A representative case is the Rokkasho Reprocessing Plant itself, where it has become clear that the fault under the sea nearby also extends inland.  The Rokkasho plant, where the nuclear waste (death ash) from all the nuclear plants in Japan is collected, is located on land under which the Pacific Plate and the North American Plate meet.  That is, the plate that is the greatest danger to the Rokkasho plant, is now in motion deep beneath Japan.

The Rokkasho plant was originally built with the very low earthquake resistance factor of 375 gals. (Translator’s note:  The gal, or galileo, is a unit used to measure peak ground acceleration during earthquakes.  Unlike the scales measuring an earthquake’s general intensity, it measures actual ground motion in particular locations.)  Today its resistance factor has been raised to only 450 gals, despite the fact that recently in Japan earthquakes registering over 2000 gals have been occurring one after another.  Worse, the Shimokita Peninsula is an extremely fragile geologic formation that was at the bottom of the sea as recently as the sea rise of the Jomon period (the Flandrian Transgression) 5000 years ago; if an earthquake occurred there it could be completely destroyed.

The Rokkasho Reprocessing Plant is where expended nuclear fuel from all of Japan’s nuclear power plants is collected, and then reprocessed so as to separate out the plutonium, the uranium, and the remaining highly radioactive liquid waste.  In short, it is the most dangerous factory in the world.

At the Rokkasho plant, 240 cubic meters of radioactive liquid waste are now stored.  A failure to take care of this properly could lead to a nuclear catastrophe surpassing the meltdown of a reactor.  This liquid waste continuously generates heat, and must be constantly cooled.  But if an earthquake were to damage the cooling pipes or cut off the electricity, the liquid would begin to boil.  According to an analysis prepared by the German nuclear industry, an explosion of this facility could expose persons within a 100 kilometer radius from the plant to radiation 10 to 100 times the lethal level, which presumably means instant death.

On April 7, just one month after the 3/11 earthquake in northeastern Japan, there was a large aftershock.  At the Rokkasho Reprocessing Plant the electricity was shut off.  The pool containing nuclear fuel and the radioactive liquid waste were (barely) cooled down by the emergency generators, meaning that Japan was brought to the brink of destruction.  But the Japanese media, as usual, paid this almost no notice.

~

Hirose Takashi has written a whole shelf full of books, mostly on the nuclear power industry and the military-industrial complex.  Probably his best known book is  Nuclear Power Plants for Tokyo in which he took the logic of the nuke promoters to its logical conclusion: if you are so sure that they’re safe, why not build them in the center of the city, instead of hundreds of miles away where you lose half the electricity in the wires?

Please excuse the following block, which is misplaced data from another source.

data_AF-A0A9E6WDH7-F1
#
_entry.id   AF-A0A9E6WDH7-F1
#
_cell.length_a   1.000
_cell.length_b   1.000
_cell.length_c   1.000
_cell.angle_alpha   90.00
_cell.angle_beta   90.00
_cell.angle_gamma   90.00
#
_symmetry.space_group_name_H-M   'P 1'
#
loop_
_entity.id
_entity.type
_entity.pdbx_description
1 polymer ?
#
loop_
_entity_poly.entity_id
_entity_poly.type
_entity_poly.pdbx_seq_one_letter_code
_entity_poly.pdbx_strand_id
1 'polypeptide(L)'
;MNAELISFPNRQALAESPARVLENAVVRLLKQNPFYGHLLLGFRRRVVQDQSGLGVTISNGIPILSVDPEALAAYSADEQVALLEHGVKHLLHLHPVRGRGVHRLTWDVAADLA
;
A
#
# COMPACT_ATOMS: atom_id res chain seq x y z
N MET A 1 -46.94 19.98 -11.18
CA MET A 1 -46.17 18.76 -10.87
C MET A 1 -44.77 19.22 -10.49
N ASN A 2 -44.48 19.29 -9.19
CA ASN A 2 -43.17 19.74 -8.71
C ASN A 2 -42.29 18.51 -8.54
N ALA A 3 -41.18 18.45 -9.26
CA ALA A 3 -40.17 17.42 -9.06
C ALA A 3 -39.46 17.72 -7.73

Douglas Lummis is a political scientist living in Okinawa and the author of Radical Democracy. Lummis can be reached at ideaspeddler@gmail.com

April 25, 2011 Posted by | Nuclear Power | 1 Comment

Finding the Right Colors for a Color Revolution

By Maidhc Ó Cathail | The Passionate Attachment | April 25, 2011

It takes professionals to plan a color revolution, as this Washington Post report on Lebanon’s Cedar Revolution reveals:

In months of strategizing, the media team settled on red and white as the opposition colors for the spring elections. After Hariri’s assassination, however, the team members faced an unexpected challenge: how to blend the colors into the angry demonstration, giving the movement the brand recognition that had proved so successful in Ukraine.

Despite being the primary colors of Lebanon’s flag, red and white were not obvious choices. Kassir said they considered orange. But they did not want the movement to be seen as an imitation of Ukraine’s uprising, in November and December, that overturned fraudulent elections. Many Lebanese also remembered the distinctive orange markings on the Israeli tanks that rumbled into the country in 1982.

Blue also posed complications: What shade? Israeli blue wouldn’t work. Nor would European Union blue or United Nations blue. A rainbow was briefly considered, but it evoked the international gay rights movement. “In a macho country like this one,” Kassir said, “it just wouldn’t have worked.”

They settled on red and white. In the hours after the assassination, Jumblatt’s wife, Nora, a leading organizer of the protests, commissioned the manufacture of 40,000 lengths of red-and-white cloth that opposition leaders would soon drape around their necks. This was meant to serve as a message to the young foot soldiers to set aside party banners and follow suit, opposition strategists said. Soon, only red and white could be seen on the square and in other demonstrations, including a March 7 human chain leading from the bomb site to Hariri’s grave.